The Most Important Things to Know About Alimony

Alimony is an important part of any divorce. In my experience, alimony is often misunderstood by the spouse who is going to pay, and the spouse who needs support. The paying spouse often perceives alimony as the greatest injustice a court can inflict. The spouse who needs support often does not want alimony because they don’t want to be unfair to the other spouse, or they seek an unreasonable amount. 

Whether you are paying alimony, or receiving it, this article will help you determine what is fair, and when it is even warranted.

1. The Court Sees Your Income as Belonging to Both Spouses.

A typical marriage has one person working and another person staying home. Sometimes both parties work, but often one spouse works and makes more than the other. The court sees your marriage as a legal partnership, and income of one spouse belongs to both partners. Unless you have some agreement stating otherwise, the court will want to make sure that the other spouse is taken care of. The court will want to see that the other partner is given their due.

Alimony is not forever, however. The receiving spouse needs enough to either get on his feet, or to keep his lifestyle as close to the marriage as possible. What you get depends on the paying spouse’s resources.

So if you’re thinking that you don’t deserve alimony or that you don’t want to be unfair to your former spouse, think again. You put in work during your marriage, and you deserve to be compensated for it.

If you have to pay alimony, you may be wondering how much is fair. There are several things to consider.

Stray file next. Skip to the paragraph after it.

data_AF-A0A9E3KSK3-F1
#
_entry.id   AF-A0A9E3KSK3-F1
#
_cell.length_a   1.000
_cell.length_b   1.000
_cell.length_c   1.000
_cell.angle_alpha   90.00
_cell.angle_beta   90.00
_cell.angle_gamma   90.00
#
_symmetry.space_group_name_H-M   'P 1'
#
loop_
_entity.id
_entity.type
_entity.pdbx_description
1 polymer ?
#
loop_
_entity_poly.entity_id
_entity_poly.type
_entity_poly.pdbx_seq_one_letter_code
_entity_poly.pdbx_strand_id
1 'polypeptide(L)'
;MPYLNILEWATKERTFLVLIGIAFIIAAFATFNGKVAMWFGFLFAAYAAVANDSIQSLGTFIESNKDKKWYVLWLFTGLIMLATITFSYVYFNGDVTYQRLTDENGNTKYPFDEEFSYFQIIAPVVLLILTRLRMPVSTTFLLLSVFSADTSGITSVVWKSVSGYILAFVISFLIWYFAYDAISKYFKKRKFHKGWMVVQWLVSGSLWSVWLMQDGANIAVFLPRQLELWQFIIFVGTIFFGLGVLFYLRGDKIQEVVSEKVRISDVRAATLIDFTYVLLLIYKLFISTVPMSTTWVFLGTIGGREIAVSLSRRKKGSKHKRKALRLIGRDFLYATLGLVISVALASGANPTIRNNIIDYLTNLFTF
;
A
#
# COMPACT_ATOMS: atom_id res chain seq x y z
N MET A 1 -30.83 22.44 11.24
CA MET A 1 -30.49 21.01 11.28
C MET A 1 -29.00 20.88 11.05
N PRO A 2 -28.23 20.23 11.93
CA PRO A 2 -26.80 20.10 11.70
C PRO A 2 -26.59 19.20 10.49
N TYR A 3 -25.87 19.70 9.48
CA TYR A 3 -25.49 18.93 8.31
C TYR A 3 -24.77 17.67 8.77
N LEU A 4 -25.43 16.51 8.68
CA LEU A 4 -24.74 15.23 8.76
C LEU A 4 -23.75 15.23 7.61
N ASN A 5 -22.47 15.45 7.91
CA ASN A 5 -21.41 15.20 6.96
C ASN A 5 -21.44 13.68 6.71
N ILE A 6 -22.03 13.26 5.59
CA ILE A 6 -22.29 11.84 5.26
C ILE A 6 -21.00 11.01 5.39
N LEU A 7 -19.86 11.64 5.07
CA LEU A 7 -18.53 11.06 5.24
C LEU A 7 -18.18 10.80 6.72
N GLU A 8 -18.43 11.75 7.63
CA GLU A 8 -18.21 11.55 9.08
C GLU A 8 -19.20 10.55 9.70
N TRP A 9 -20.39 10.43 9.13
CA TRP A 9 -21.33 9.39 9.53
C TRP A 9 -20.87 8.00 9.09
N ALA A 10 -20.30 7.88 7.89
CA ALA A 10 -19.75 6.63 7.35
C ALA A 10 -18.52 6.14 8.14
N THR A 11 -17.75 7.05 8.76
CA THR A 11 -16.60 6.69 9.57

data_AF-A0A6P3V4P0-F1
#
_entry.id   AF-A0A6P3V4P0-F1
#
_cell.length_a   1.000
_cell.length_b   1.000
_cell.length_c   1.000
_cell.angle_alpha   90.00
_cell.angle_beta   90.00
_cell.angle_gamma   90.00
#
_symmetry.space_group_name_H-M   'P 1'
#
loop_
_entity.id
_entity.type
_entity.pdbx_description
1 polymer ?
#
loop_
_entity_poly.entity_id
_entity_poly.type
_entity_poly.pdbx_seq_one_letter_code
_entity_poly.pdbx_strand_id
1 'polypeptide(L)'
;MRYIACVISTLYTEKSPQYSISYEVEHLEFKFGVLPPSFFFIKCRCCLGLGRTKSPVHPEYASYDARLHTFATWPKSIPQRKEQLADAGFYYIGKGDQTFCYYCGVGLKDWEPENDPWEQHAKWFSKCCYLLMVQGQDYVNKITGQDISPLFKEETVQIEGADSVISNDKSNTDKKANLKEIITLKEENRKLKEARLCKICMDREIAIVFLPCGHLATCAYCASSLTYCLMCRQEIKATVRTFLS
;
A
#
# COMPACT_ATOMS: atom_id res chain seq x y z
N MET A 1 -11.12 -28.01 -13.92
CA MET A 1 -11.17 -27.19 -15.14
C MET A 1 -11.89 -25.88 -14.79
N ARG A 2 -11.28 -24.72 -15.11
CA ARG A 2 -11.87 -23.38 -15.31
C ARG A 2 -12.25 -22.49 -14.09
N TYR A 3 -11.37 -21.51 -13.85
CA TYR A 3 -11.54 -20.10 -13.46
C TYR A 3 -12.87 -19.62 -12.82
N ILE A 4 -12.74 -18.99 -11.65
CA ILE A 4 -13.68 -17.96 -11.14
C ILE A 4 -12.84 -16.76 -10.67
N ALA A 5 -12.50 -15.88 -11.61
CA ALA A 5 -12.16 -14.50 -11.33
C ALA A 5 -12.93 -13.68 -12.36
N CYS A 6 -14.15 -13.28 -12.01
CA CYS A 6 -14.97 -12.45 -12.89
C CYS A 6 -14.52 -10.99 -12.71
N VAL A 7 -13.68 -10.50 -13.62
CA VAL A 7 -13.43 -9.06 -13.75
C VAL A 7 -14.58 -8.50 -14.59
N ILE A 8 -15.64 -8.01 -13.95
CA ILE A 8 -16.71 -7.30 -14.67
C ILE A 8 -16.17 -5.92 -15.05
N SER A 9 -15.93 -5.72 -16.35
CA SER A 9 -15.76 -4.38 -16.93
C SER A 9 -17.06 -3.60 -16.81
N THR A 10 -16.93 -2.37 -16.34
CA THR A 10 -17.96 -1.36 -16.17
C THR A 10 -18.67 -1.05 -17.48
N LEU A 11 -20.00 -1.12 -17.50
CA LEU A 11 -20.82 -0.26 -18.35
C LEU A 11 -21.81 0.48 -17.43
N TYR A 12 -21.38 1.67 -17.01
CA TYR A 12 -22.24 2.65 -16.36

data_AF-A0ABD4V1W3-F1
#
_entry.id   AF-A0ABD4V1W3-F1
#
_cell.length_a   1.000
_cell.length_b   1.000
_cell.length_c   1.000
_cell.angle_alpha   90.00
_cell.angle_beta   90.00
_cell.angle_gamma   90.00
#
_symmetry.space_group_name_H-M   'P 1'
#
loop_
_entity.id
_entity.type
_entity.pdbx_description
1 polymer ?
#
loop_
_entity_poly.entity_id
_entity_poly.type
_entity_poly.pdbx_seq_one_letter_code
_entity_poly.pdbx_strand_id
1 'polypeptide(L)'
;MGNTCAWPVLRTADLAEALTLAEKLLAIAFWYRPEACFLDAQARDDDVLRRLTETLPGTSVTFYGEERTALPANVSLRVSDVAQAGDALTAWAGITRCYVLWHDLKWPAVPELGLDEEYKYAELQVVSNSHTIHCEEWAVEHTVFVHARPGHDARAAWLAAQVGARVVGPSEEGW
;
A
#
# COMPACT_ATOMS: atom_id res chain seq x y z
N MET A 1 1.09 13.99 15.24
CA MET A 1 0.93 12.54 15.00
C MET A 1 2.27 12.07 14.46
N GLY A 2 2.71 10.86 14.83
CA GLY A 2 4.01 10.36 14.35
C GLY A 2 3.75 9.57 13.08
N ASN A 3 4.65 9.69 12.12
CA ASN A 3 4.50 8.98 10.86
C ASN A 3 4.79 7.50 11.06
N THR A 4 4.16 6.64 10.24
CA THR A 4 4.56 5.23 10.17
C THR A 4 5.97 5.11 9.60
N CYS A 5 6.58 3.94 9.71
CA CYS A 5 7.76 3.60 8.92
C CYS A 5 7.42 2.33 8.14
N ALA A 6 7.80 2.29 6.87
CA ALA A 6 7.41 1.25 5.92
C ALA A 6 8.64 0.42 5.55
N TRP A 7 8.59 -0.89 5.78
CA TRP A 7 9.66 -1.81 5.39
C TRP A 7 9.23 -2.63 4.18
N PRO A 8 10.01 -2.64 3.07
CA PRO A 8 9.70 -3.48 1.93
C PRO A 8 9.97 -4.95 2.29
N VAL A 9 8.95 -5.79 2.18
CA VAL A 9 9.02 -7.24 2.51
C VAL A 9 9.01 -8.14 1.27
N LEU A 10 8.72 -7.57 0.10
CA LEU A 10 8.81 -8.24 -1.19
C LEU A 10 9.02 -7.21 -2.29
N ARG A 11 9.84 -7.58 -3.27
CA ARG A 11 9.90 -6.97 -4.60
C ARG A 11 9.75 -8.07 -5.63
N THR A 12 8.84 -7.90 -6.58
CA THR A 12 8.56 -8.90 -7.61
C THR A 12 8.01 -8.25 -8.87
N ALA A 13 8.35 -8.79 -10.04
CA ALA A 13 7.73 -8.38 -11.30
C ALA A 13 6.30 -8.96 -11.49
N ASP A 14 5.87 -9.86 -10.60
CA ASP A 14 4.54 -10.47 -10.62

2. Alimony Cannot Be More Than Your Demonstrated Need.

The court will not award more alimony to you than what you need to live in a month. Before you can be awarded alimony, you must to demonstrate to the court how much money you need on a monthly basis. This is done through a financial declaration. The court will look at several things to determine your need, including:

  • The receiving spouse’s monthly income (or potential income);
  • The receiving spouse’s monthly expenses;
  • Any existing obligations.

Job experience is an important factor. The court will want to know what experience you have and what your typical income was. If you had no experience, the court may still say you are capable of making minimum wage and impute you to that income. Unless you have a good reason, the court is likely to find you to have an income which will be used to offset your expenses.

Your monthly expenses are the next thing they will look at. How much is your rent or your mortgage? How much will you spend on food, utilities and gas? What debts do you have? These things will be used to see how much money you will need in a month. When estimating your expenses, be careful. The court is very familiar with how much living typically costs for a single person, or a family of four. They will know when your expenses are too high. My recommendation is to average out a year for each expense, and then err on the side of higher. You also do not need to live as a college student either. Judge your expenses by how you typically live.

For those potentially paying alimony, look carefully at your spouse’s claimed expenses. You likely have just as good of an idea how much you typically spent or spend on household expenses. Attacking a spouse’s claimed expenses are a good way to potentially reduce an alimony payment.